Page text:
Monograph 032 – Use of Human Data in Hazard Classification for Irritation and Sensitisation

Abstract

Mono 032 : Use of Human Data in Hazard Classification for Irritation and Sensitisation | July 2002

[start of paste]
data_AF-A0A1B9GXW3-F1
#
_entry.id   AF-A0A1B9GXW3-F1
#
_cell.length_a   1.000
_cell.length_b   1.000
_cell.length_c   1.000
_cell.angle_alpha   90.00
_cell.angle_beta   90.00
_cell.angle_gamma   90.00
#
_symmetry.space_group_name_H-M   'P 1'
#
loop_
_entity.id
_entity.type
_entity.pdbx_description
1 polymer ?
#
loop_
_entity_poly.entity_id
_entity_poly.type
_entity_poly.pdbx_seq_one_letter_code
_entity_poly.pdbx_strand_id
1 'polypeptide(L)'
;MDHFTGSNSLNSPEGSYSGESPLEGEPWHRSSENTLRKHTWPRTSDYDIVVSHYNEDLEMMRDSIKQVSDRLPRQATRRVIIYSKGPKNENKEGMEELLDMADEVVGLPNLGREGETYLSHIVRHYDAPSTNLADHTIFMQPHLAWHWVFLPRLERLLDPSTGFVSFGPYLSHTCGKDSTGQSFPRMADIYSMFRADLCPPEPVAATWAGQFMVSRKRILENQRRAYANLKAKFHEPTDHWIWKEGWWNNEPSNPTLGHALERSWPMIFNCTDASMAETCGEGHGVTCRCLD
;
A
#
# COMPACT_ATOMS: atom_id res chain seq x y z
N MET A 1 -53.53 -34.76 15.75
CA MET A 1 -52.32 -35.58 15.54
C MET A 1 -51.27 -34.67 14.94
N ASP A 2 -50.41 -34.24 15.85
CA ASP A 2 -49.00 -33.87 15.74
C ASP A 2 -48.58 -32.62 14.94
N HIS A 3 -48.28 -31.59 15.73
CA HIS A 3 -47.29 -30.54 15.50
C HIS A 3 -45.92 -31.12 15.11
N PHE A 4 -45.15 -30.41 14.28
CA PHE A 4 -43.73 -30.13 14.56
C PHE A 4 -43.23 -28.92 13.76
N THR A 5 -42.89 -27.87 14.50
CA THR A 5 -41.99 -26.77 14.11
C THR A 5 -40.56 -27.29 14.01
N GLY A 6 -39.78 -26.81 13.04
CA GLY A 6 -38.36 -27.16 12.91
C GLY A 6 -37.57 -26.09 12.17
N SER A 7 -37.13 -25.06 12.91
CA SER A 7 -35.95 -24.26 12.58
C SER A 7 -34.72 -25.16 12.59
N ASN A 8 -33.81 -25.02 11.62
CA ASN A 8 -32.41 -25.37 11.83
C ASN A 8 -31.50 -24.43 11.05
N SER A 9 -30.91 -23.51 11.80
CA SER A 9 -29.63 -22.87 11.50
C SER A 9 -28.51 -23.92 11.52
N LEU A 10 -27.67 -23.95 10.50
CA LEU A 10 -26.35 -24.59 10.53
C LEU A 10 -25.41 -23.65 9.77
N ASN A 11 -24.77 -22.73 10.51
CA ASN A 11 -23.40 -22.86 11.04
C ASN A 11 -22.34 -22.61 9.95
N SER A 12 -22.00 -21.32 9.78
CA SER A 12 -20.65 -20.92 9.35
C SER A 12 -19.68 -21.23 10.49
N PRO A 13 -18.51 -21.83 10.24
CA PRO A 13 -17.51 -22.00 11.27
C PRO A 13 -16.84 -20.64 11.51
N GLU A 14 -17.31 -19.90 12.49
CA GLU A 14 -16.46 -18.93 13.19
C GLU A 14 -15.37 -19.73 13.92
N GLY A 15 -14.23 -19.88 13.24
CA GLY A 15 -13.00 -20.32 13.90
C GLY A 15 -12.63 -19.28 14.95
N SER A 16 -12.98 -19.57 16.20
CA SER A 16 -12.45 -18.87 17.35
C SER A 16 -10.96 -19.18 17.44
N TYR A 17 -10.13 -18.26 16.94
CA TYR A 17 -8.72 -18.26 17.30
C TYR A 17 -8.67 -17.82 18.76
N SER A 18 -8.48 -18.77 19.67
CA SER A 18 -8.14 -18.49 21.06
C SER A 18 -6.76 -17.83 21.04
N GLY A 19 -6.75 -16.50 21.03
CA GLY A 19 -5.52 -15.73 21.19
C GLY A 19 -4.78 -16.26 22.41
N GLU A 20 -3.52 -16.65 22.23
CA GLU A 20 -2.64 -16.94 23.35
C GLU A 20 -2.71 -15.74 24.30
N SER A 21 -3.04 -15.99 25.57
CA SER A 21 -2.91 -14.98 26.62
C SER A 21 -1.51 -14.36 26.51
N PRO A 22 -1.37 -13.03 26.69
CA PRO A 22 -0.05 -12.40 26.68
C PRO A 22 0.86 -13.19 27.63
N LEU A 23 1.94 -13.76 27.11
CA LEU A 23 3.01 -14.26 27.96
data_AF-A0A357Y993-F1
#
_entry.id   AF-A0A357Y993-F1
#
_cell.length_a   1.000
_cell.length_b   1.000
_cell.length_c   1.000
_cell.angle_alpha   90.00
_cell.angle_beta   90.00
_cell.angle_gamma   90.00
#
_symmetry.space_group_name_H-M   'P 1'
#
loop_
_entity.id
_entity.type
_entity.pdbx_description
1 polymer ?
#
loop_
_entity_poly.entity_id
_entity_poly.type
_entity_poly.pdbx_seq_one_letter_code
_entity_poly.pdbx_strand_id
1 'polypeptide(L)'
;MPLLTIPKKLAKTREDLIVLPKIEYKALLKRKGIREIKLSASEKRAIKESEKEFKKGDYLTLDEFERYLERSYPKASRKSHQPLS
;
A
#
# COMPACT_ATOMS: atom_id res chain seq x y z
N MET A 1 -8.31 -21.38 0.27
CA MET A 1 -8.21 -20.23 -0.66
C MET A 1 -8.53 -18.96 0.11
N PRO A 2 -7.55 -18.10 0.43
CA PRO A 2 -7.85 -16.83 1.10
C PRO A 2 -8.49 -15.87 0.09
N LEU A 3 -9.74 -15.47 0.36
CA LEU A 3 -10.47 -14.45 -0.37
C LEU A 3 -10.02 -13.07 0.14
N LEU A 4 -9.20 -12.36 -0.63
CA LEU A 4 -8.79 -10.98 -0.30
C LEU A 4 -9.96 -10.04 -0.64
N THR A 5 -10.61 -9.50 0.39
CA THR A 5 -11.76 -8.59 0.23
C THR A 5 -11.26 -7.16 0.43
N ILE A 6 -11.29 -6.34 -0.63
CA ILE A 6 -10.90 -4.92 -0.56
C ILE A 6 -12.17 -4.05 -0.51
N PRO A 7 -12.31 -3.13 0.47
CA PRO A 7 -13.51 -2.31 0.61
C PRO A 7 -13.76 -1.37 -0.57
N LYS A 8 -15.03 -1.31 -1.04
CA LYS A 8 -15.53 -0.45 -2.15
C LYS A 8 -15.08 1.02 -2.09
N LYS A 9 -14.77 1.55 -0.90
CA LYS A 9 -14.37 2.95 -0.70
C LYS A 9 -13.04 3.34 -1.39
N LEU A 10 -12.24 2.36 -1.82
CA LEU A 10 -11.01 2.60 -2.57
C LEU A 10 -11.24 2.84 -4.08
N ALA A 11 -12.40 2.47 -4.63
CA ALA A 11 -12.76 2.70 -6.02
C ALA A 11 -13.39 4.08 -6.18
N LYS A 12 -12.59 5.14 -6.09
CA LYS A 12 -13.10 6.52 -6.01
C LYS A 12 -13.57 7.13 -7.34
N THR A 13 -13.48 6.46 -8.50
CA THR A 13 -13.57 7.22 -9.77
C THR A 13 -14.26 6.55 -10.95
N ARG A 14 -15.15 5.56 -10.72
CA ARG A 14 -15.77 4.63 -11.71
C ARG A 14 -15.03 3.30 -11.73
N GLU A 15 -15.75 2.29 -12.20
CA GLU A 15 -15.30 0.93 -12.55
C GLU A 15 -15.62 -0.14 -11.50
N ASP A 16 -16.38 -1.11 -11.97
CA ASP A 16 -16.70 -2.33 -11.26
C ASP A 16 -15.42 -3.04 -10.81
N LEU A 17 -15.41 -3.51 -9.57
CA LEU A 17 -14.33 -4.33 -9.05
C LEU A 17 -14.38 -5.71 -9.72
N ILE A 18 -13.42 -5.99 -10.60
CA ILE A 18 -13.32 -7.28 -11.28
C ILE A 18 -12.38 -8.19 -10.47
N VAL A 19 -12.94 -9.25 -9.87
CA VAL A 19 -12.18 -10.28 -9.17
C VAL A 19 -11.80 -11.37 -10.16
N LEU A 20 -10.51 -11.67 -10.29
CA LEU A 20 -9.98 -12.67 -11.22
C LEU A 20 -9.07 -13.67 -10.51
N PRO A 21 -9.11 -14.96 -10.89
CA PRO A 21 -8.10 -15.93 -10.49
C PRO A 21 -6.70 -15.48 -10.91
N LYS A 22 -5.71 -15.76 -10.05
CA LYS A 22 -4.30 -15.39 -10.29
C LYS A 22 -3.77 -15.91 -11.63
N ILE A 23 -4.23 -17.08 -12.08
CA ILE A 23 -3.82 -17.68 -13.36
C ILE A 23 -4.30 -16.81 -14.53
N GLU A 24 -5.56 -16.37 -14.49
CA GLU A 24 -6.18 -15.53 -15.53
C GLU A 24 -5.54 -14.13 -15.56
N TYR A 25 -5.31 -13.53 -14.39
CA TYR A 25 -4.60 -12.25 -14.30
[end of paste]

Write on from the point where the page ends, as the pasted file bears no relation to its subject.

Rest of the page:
Reference to the use of human data is made throughout the European legislation relating to the classification and labelling, as well as risk assessment, of substances and preparations. In addition, relevance of animal test results to man is mentioned. However, no guidance is given on what constitutes acceptable human data. The primary purpose of this report is to provide such guidance and to propose how human data may be used in decisions on the classification of irritation and sensitisation effects and when it may be more appropriate than other data. The provisions in European law for the use of human data are reviewed in Section 2 and Appendix A. In the context of skin, eye and respiratory irritation, and skin and respiratory sensitisation, the classification of a substance or preparation based on consideration of adequate human data may be different from that based only on animal data. Specific examples are described in Section 3 and Appendix B where the classification of substances and preparations appears to be more soundly based when human data are taken into account. Indeed, human data might lead ultimately to a more accurate risk assessment. Human data fall into two main classes, observational and experimental. Section 4 lists the various types of data that may be used for classification purposes and gives guidance on factors which influence their quality. Outline protocols for experimental studies on skin irritation and skin sensitisation are presented. The criteria governing the possible use of such data in the classification process are addressed in Section 5. The Task Force proposes classification criteria based on human data for each endpoint considered (skin, eye and respiratory irritation, skin and respiratory sensitisation). In the context of this report, human clinical studies may be undertaken where there is a perceived need to develop an improved understanding of irritation and sensitisation effects. For chemicals and preparations where skin contact is unavoidable, human data has the potential to provide the most accurate information in terms of hazard and risk assessment. Classification and labelling are based currently on the inherent hazard of a chemical substance or preparation. The proposal is made that, in the future, at least labelling should be based on risk assessment and reflect risk rather than hazard. It is suggested that discussions on the global harmonisation of classification and labelling systems should provide the opportunity inter alia to incorporate quality criteria for the use of human data. The Task Force recommends that human data of good quality should always be taken into account in classification and risk assessment decisions.